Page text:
Report: Care integration needed to improve patient safety

Health IT called key to integrating care among multiple sources
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Inadequate integration of care between different providers is one of the biggest barriers to improving healthcare and patient safety, a new report contends--and it's a barrier health IT is intended to break down.

The report, "Order From Chaos: Accelerating Care Integration," released by the Lucian Leape Institute at the National Patient Safety Foundation, concludes "momentum is building to develop the institutions and the system supports that can provide integrated, patient-centered care."

But the report also warns that "until the language of care integration creates a positive view that offsets the popular mythology of today, it will be hard for system transformers to carry out their work." It will be up to healthcare leaders to effectively explain why integration benefits all patients, the authors say.

Health IT is a key part of that story, one of the report authors tells InformationWeek Healthcare.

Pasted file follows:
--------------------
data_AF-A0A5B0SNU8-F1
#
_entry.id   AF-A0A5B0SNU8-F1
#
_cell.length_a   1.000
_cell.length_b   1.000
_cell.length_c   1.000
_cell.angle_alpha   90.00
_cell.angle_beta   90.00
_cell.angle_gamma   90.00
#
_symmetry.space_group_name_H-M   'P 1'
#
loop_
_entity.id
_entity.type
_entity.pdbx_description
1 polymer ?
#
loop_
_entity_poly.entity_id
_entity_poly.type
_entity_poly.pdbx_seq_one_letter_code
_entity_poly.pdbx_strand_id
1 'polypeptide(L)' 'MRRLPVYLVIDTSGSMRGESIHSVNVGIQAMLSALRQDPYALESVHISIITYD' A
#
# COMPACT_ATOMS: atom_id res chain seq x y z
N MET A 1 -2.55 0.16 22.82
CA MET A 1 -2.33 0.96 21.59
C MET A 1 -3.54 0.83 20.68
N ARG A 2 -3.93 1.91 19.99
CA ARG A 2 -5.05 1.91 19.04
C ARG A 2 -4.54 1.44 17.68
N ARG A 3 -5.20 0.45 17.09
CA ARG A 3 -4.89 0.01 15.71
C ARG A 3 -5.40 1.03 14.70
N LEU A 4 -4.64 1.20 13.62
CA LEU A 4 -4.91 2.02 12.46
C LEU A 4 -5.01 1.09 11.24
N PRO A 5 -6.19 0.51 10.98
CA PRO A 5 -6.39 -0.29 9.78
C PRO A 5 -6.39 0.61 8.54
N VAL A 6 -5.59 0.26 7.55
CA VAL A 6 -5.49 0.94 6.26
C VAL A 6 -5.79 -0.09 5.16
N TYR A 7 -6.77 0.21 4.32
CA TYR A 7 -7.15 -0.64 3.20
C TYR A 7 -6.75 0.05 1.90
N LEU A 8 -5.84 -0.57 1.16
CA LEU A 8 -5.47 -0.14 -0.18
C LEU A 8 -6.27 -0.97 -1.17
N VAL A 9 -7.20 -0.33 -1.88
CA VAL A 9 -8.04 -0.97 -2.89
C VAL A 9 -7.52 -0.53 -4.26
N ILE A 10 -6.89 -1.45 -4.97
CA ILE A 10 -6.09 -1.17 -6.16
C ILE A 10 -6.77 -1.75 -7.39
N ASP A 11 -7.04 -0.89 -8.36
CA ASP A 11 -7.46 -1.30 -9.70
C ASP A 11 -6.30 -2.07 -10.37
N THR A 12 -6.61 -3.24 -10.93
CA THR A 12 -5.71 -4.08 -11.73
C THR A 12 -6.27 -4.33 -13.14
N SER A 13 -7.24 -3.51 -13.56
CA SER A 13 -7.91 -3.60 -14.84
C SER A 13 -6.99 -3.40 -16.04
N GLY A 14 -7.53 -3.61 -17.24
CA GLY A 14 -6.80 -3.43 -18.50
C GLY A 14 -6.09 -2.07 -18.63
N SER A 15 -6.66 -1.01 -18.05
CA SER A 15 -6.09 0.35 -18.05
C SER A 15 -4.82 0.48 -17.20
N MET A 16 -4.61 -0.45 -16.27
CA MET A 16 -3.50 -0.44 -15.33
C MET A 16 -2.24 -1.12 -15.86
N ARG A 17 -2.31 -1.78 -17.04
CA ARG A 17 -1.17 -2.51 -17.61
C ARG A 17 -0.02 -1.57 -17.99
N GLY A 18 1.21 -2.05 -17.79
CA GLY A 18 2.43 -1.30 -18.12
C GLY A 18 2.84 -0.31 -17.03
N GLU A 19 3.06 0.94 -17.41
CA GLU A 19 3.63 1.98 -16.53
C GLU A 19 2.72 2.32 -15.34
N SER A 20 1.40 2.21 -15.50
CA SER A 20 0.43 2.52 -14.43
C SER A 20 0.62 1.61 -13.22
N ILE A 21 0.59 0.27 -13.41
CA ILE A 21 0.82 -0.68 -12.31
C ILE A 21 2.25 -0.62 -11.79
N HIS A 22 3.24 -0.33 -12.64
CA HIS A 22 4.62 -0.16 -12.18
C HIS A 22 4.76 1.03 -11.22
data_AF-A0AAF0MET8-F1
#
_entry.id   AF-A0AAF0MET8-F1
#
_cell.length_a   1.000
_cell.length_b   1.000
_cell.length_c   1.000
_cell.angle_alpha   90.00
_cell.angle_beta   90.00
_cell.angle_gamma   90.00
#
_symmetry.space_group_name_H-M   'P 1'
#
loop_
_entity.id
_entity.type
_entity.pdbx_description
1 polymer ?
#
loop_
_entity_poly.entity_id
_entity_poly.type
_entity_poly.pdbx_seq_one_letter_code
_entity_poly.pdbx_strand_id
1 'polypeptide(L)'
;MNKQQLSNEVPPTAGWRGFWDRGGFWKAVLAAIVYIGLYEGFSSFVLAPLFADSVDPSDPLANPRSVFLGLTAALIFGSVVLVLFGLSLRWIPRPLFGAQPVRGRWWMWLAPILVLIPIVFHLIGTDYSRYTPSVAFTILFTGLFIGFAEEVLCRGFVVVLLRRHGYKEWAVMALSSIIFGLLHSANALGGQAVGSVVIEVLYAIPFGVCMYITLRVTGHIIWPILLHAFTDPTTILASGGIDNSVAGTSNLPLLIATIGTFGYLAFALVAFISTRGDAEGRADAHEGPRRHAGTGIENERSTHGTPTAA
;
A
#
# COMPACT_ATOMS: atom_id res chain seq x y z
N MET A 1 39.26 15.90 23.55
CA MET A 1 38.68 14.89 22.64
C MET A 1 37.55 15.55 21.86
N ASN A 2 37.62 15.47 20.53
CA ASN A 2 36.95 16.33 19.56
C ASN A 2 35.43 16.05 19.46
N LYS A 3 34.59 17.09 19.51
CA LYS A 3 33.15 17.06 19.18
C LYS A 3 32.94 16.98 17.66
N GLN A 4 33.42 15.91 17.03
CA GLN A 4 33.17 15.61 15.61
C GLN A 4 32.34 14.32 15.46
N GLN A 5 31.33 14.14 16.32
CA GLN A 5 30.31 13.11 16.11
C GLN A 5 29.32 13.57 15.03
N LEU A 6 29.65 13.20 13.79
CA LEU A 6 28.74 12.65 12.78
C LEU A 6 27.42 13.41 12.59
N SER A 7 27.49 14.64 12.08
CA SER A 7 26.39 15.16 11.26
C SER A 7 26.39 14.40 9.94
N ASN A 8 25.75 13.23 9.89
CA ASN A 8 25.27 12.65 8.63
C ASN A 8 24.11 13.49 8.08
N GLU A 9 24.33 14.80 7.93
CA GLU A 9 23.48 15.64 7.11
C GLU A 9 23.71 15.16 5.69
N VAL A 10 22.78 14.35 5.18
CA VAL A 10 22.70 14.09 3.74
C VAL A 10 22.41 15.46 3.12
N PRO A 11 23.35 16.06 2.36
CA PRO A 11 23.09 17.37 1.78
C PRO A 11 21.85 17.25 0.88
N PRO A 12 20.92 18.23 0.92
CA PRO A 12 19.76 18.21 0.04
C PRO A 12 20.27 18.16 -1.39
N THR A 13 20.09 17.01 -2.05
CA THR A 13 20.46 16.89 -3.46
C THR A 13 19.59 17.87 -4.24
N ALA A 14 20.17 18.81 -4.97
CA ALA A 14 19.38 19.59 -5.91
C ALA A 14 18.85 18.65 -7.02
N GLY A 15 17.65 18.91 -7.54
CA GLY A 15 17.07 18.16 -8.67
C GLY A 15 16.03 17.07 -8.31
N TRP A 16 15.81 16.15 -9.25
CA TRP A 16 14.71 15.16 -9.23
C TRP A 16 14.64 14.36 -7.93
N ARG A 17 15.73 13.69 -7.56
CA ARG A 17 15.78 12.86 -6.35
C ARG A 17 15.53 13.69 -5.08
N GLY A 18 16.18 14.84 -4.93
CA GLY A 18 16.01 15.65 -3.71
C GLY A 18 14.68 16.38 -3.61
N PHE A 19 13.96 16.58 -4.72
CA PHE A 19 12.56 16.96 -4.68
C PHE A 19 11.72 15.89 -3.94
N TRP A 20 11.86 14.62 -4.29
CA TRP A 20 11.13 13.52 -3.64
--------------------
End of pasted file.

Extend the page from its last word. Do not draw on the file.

"IT is a substantial enabler" to care integration, David M. Lawrence, M.D., retired chairman and CEO of Kaiser Foundation Health Plan and Kaiser Foundation Hospitals, says. "You almost cannot do complex medical care without that kind of connectivity."

He tells the publication that there's too much data for doctors to sift through because healthcare lags other industries in gathering and processing large amounts of information. The more complex the case, he says, the more need for health IT to manage the information, InformationWeek Healthcare reports.

The report points to six areas its authors say must improve for integration of care to improve, as noted in report highlights from the Lucian Leape Institute:

  • Making the link between care integration and patient safety common knowledge among all stakeholders.
  • Involving patients as active participants in care; as reviewers of their care and care processes; and in the design of care processes.
  • Creating ways to quantify the links between care integration, clinical outcomes, and financial impact.
  • Allowing for robust assessment of whether effective integration is actually taking place.
  • Creating curricula, not only for medical schools, but also for hospital boards and leadership teams, that focus on the issues of patient safety and care integration.
  • Advancing research and technology to support care integration throughout the country.

To learn more:
- download the report
- here are some highlights
- read the InformationWeek article

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